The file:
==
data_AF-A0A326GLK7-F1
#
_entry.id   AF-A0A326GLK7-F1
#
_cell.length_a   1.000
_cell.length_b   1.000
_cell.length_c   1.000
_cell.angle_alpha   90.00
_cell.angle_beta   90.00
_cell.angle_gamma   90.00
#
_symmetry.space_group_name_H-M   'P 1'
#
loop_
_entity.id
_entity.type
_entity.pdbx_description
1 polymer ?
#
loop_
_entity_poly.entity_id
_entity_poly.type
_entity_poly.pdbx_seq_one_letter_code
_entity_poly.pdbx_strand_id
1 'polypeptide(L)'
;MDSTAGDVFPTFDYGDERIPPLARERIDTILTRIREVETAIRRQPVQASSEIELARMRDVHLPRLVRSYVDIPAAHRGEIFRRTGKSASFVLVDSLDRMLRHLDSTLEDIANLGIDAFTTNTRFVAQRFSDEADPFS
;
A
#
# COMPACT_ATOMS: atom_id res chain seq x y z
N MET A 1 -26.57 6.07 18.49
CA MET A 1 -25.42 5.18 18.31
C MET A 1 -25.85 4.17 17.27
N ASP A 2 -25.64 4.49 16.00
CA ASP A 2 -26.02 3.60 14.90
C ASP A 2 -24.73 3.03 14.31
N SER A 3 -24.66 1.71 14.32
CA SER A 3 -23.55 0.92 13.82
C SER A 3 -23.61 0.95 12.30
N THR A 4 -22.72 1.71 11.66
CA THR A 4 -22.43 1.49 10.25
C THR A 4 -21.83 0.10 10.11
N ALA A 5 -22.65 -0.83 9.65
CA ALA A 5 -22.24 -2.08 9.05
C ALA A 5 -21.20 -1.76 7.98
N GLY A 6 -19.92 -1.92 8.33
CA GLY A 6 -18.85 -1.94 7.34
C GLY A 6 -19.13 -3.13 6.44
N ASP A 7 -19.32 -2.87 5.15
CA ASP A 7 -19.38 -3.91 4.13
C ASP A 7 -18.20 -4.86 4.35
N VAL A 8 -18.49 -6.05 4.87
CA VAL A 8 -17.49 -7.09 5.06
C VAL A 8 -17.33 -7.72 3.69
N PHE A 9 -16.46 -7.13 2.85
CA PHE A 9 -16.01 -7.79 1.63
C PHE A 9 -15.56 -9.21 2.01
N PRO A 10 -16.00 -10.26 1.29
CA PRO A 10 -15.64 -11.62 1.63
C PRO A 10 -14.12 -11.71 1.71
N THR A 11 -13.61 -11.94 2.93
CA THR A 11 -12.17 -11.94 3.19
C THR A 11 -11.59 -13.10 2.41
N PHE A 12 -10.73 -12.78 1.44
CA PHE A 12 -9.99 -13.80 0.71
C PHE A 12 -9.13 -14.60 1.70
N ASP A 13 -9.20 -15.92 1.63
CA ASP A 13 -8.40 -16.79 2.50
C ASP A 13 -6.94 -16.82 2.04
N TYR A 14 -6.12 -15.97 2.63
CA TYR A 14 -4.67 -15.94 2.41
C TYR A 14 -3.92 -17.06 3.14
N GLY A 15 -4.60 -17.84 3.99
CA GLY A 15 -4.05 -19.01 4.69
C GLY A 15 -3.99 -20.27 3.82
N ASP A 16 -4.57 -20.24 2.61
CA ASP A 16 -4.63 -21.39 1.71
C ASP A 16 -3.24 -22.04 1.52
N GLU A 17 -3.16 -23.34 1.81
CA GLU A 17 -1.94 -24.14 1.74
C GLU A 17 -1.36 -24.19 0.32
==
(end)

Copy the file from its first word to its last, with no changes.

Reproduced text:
data_AF-A0A326GLK7-F1
#
_entry.id   AF-A0A326GLK7-F1
#
_cell.length_a   1.000
_cell.length_b   1.000
_cell.length_c   1.000
_cell.angle_alpha   90.00
_cell.angle_beta   90.00
_cell.angle_gamma   90.00
#
_symmetry.space_group_name_H-M   'P 1'
#
loop_
_entity.id
_entity.type
_entity.pdbx_description
1 polymer ?
#
loop_
_entity_poly.entity_id
_entity_poly.type
_entity_poly.pdbx_seq_one_letter_code
_entity_poly.pdbx_strand_id
1 'polypeptide(L)'
;MDSTAGDVFPTFDYGDERIPPLARERIDTILTRIREVETAIRRQPVQASSEIELARMRDVHLPRLVRSYVDIPAAHRGEIFRRTGKSASFVLVDSLDRMLRHLDSTLEDIANLGIDAFTTNTRFVAQRFSDEADPFS
;
A
#
# COMPACT_ATOMS: atom_id res chain seq x y z
N MET A 1 -26.57 6.07 18.49
CA MET A 1 -25.42 5.18 18.31
C MET A 1 -25.85 4.17 17.27
N ASP A 2 -25.64 4.49 16.00
CA ASP A 2 -26.02 3.60 14.90
C ASP A 2 -24.73 3.03 14.31
N SER A 3 -24.66 1.71 14.32
CA SER A 3 -23.55 0.92 13.82
C SER A 3 -23.61 0.95 12.30
N THR A 4 -22.72 1.71 11.66
CA THR A 4 -22.43 1.49 10.25
C THR A 4 -21.83 0.10 10.11
N ALA A 5 -22.65 -0.83 9.65
CA ALA A 5 -22.24 -2.08 9.05
C ALA A 5 -21.20 -1.76 7.98
N GLY A 6 -19.92 -1.92 8.33
CA GLY A 6 -18.85 -1.94 7.34
C GLY A 6 -19.13 -3.13 6.44
N ASP A 7 -19.32 -2.87 5.15
CA ASP A 7 -19.38 -3.91 4.13
C ASP A 7 -18.20 -4.86 4.35
N VAL A 8 -18.49 -6.05 4.87
CA VAL A 8 -17.49 -7.09 5.06
C VAL A 8 -17.33 -7.72 3.69
N PHE A 9 -16.46 -7.13 2.85
CA PHE A 9 -16.01 -7.79 1.63
C PHE A 9 -15.56 -9.21 2.01
N PRO A 10 -16.00 -10.26 1.29
CA PRO A 10 -15.64 -11.62 1.63
C PRO A 10 -14.12 -11.71 1.71
N THR A 11 -13.61 -11.94 2.93
CA THR A 11 -12.17 -11.94 3.19
C THR A 11 -11.59 -13.10 2.41
N PHE A 12 -10.73 -12.78 1.44
CA PHE A 12 -9.99 -13.80 0.71
C PHE A 12 -9.13 -14.60 1.70
N ASP A 13 -9.20 -15.92 1.63
CA ASP A 13 -8.40 -16.79 2.50
C ASP A 13 -6.94 -16.82 2.04
N TYR A 14 -6.12 -15.97 2.63
CA TYR A 14 -4.67 -15.94 2.41
C TYR A 14 -3.92 -17.06 3.14
N GLY A 15 -4.60 -17.84 3.99
CA GLY A 15 -4.05 -19.01 4.69
C GLY A 15 -3.99 -20.27 3.82
N ASP A 16 -4.57 -20.24 2.61
CA ASP A 16 -4.63 -21.39 1.71
C ASP A 16 -3.24 -22.04 1.52
N GLU A 17 -3.16 -23.34 1.81
CA GLU A 17 -1.94 -24.14 1.74
C GLU A 17 -1.36 -24.19 0.32